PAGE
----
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Wednesday, January 06, 2010

So You Think You're Sacrificing Fluffy? Think Again

In many relationships, there's a thinker and there's a speaker. The thinker is the one who thinks things over, chews on them a bit, and eventually verbalizes a well-thought-out idea. The speaker is the one who says exactly what's on his mind at the exact moment it pops into his head. His response is instantaneous as if his mind is directly connected to his mouth.

The bad thing about being a thinker is that you often miss an opportunity to say something you wish you'd said. If you often run into this issue, you're probably a thinker.

The bad thing about being a speaker is that you often say things you wish you hadn't. If you often run into this issue, you're probably a speaker.

God has a great sense of humor because I've noticed many couples consist of one of each. And if you are one of these couples, you know what a challenge that can be. The thinker husband, for example, will cringe in agony the moment he hears his speaker wife blurt out his salary at the family reunion. The speaker husband will anxiously nudge his thinker wife under the dinner table when her mother criticizes her parenting skills.

Though both speakers and thinkers tend to take a little dip in the good, the bad, and the ugly at times, God gives us numerous warnings about speaking before we think. Jephthah was probably God's most dramatic lesson.

Jephthah was one of Israel's judges. He was also the son of a harlot. He was an outlaw, a mighty warrior, and a leader in battle. But he may be best known for the high price he paid when he spoke before he thought.

Jephthah was promised the headship of the Gileads if he could lead them to a victory in battle over the *Ammonites. In the moment, while advancing on the Ammonites, Jephthah made a deal with God. "If you give the Ammonites into my hands, whatever comes out the door of my house to meet me when I return in triumph from the Ammonites will be the LORD'S, and I will sacrifice it as a burnt offering."

Screeeech... stop right there. Jephthah had been an outlaw, a renegade, and an adventurer. He'd spent a lot of time away from home, and he'd spent a lot of time coming home. I think that Jephthah spoke so quickly and boldly because he was already pretty darn sure what might be coming out of that house. He had experience as an outlaw, so I'm just saying it's not entirely out of the question that Jephthah may have thought he already knew what he was going to have to give God.

So, just what did he expect he'd be sacrificing, you ask? I have no idea. Maybe in his years on the road, his loyal companion Fluffy always ran out the front door wagging her tail ahead of his daughter. Maybe while he was away on this trip, Fluffy met an unfortunate fate under the wheel of a moving wagon. Who knows what it was he might have expected? But his reaction in Judges 11:35 tells me he didn't expect what he got.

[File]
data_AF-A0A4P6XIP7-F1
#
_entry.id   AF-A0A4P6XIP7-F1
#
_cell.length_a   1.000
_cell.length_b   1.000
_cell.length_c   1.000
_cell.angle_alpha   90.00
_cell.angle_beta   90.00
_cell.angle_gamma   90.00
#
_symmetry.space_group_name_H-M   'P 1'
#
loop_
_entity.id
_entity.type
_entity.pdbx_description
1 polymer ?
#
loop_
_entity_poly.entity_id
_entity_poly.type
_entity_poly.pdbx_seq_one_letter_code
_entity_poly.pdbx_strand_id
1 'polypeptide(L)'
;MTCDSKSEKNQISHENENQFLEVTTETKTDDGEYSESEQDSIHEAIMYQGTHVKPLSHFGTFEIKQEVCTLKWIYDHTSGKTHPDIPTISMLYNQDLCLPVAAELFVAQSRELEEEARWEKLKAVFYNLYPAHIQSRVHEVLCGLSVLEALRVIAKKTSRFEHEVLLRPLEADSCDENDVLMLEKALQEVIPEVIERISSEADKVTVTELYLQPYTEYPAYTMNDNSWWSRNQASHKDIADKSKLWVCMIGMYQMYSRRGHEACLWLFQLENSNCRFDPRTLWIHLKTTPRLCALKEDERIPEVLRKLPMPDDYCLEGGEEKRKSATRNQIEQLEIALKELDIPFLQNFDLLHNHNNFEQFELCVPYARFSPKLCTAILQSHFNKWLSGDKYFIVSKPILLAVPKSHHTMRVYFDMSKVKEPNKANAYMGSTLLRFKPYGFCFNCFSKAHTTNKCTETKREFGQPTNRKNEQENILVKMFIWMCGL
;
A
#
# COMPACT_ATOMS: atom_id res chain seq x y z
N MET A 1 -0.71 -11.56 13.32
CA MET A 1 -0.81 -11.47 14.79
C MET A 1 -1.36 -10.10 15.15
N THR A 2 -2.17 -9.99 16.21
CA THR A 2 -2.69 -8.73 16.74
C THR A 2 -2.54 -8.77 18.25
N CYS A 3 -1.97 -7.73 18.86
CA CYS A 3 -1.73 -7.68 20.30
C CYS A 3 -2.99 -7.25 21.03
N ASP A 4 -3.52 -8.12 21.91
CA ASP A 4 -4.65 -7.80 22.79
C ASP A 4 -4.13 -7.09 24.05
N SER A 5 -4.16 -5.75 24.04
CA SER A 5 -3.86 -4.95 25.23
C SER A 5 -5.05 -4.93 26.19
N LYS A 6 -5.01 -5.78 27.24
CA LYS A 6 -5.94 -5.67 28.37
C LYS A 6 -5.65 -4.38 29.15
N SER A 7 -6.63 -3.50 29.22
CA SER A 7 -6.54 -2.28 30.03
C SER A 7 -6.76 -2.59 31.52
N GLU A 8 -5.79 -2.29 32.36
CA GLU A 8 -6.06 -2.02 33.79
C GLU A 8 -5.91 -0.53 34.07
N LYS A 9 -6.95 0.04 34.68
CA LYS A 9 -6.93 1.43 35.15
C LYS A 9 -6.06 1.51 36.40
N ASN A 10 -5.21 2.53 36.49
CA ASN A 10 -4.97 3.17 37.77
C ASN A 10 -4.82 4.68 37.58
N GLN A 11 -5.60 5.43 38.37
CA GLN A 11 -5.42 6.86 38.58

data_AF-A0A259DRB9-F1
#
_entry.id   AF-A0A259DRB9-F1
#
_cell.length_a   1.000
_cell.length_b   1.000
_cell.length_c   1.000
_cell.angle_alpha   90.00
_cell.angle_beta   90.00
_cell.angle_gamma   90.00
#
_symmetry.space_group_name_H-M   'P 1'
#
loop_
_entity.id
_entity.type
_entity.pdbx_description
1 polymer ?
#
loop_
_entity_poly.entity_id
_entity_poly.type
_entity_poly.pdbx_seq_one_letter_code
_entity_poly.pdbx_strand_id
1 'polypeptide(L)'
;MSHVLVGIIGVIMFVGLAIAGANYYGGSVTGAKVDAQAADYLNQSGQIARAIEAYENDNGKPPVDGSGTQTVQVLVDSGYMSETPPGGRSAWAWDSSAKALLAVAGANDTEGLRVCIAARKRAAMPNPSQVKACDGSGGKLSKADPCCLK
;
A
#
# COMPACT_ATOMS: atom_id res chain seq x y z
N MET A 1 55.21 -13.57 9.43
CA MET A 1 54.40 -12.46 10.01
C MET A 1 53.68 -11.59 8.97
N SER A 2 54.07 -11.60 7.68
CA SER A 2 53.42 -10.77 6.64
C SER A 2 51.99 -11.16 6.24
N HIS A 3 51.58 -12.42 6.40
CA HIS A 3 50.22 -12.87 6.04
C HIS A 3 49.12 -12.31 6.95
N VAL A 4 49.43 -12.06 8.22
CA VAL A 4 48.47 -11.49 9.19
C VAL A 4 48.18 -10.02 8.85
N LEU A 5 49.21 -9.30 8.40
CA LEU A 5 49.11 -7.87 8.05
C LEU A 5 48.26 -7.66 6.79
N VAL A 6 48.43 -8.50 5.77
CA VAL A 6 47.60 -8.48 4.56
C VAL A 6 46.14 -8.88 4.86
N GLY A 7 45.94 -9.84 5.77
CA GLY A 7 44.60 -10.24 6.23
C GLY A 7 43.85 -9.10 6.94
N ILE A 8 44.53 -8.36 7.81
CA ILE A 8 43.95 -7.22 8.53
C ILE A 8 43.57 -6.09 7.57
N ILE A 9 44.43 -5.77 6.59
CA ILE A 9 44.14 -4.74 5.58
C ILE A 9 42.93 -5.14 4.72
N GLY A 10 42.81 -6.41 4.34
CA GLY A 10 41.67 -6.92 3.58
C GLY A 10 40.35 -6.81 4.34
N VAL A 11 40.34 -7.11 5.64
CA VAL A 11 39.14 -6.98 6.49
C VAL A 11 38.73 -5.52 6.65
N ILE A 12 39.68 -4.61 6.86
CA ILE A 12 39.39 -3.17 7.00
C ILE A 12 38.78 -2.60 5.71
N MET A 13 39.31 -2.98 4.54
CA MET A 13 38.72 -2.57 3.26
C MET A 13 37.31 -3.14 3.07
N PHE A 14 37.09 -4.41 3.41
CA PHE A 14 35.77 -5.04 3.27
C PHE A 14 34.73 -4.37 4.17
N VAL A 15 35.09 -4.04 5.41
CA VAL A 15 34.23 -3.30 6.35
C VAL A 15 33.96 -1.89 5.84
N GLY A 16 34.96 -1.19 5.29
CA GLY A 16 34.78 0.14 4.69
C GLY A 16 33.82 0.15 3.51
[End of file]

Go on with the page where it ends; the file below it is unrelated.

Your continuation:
I imagine his heart dropped when his daughter, his one and only child, opened the front door and Fluffy didn't run out ahead of her. He may have even screamed, "No! No! No!" as she smiled, grabbed her tambourine and anxiously danced out that front door to greet her father.

For those of you not familiar with the story, the answer is yes. Yes! Jephthah sacrificed his daughter as a burnt offering to the Lord. He may have been a quick speaker, but he was no deal breaker.

There is no mention of Jephthah's wife, but he probably had one. Do you think even in those days the wife might have been saying, "Jephthah, how many times do I have to tell you, think before you speak. Now look what you've done."

And here's the kicker - Jephthah's deal didn't change anything God wouldn't have already done in the battle with the Ammonites. Jephthah and his deal had no power over God. Jephthah wanted to rule the Gileads - his deal was selfish and unnecessary. Victory over the Ammonites and Jephthah's leadership was inevitable - it was God's plan. The sacrifice of Jephthah's daughter was not inevitable - it was the result of Jephthah's quick-speaking, selfish, power-seeking deal with God. And in the end, Jephthah paid the ultimate price with his only child.

So, for those of you who tend to speak before you think, keep in mind that it may not be Fluffy you are sacrificing.

Readers - Are you a thinker or a speaker, and is it a good thing, a bad thing, or an ugly thing for you?

(*Ammonites occupied Ammon located about where modern-day Jordan is while Gilead was directly west between Ammon and the Jordan River.)

(Scripture reference: Judges 11:30-40)